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Title: Aromatase cytochrome P450 expression and activity levels in benign and malignant human breast tissue
Author: Aitken, Jane
Awarding Body: University of London
Current Institution: University College London (University of London)
Date of Award: 1993
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Aromatase cytochrome P450 is the final enzyme in the steroidogenic pathway from the C-19 androgens to the C-18 oestrogens. This enzyme is located in a number of tissues throughout the body, including breast adipose tissue and breast carcinoma tissue. The importance of local aromatase activity in the breast is at the present time unknown. This thesis had studied the mRNA and activity levels of aromatase in adipose and tumour tissue collected from women undergoing surgery for benign or malignant breast disease. Aromatase activity was measured using the tritiated water release assay and the mRNA levels quantified using a novel Polymerase Chain Reaction Technique. All samples of benign lesion tissue were found to contain the mRNA encoding aromatase and 70% of the samples had detectable amounts of aromatase activity in either the lesion or adipose tissue. There were no significant correlations between aromatase activity in either tissue with a variety of clinical indices, except that aromatase activity in the adipose tissue of those patients who reported a negative family history of breast cancer was higher than those patients with a positive family history. 134 patients with malignant breast disease were studied, 82.6% were found to have mRNA encoding aromatase in the carcinoma and 81.9% had detectable aromatase activity in the carcinoma. The aromatase activity levels in both the carcinoma and adipose tissue were compared to various clinical indices and it was found that aromatase activity in the carcinoma was inversely related to both age at menopause and oestrogen receptor concentration. There was no correlation between aromatase activity in the adipose tissue and location of the cancer in 65 patients. However, in a separate group of 19 patients there was a significant correlation between aromatase mRNA levels in the adipose and location of the cancer, the highest levels being in the adipose tissue of the cancer bearing quadrant. There were no correlations between the mRNA levels and aromatase activity in the carcinomas or any of the clinical indices. It would appear that the carcinomas may be able to regulate their maintenance and/or growth via localised oestrogen production utilising the aromatase enzyme.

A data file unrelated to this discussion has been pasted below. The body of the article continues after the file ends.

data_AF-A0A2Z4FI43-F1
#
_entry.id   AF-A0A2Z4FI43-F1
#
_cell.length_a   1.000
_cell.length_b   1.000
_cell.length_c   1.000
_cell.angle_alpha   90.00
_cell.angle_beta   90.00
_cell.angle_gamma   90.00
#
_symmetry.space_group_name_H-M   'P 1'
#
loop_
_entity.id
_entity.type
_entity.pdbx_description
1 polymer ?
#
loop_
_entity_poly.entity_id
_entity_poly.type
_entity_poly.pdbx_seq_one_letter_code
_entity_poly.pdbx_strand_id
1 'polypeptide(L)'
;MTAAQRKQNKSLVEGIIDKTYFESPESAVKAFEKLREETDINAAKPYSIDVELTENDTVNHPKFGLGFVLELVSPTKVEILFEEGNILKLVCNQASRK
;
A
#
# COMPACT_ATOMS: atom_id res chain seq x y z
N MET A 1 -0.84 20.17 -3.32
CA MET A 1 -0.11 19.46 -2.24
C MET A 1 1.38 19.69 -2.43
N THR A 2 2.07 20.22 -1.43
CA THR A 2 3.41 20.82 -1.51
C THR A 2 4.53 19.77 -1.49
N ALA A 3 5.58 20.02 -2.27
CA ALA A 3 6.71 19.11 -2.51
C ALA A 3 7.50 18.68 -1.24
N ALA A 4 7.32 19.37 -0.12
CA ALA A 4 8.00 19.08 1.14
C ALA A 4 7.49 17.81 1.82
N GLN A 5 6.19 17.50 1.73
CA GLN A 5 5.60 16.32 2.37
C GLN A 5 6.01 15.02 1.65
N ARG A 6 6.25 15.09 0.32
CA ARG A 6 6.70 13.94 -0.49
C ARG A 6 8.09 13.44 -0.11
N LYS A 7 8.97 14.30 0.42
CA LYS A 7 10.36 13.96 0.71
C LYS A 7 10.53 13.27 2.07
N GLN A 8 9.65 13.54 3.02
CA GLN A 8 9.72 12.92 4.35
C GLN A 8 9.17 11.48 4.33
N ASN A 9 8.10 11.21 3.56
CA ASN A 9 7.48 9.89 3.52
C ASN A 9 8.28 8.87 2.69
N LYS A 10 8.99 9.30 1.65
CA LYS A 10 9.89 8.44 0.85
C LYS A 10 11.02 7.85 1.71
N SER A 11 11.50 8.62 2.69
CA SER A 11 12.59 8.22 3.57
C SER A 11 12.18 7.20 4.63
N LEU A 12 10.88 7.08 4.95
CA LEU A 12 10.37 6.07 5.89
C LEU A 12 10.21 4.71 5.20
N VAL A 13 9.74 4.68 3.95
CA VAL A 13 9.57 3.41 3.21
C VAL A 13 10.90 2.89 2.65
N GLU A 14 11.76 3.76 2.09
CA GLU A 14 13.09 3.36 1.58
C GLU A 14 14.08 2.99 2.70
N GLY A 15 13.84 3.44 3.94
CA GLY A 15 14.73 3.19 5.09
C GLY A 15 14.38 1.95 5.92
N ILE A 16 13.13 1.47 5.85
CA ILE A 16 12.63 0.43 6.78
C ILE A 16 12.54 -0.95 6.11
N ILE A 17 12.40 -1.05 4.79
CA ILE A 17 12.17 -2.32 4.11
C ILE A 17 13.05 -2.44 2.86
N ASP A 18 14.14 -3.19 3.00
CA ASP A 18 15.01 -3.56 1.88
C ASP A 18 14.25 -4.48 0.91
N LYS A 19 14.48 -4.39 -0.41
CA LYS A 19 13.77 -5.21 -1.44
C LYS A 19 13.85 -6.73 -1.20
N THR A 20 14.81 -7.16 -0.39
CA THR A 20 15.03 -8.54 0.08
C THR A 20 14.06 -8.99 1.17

Supervisor: Not available Sponsor: Not available
Qualification Name: Thesis (Ph.D.) Qualification Level: Doctoral
EThOS ID:  DOI: Not available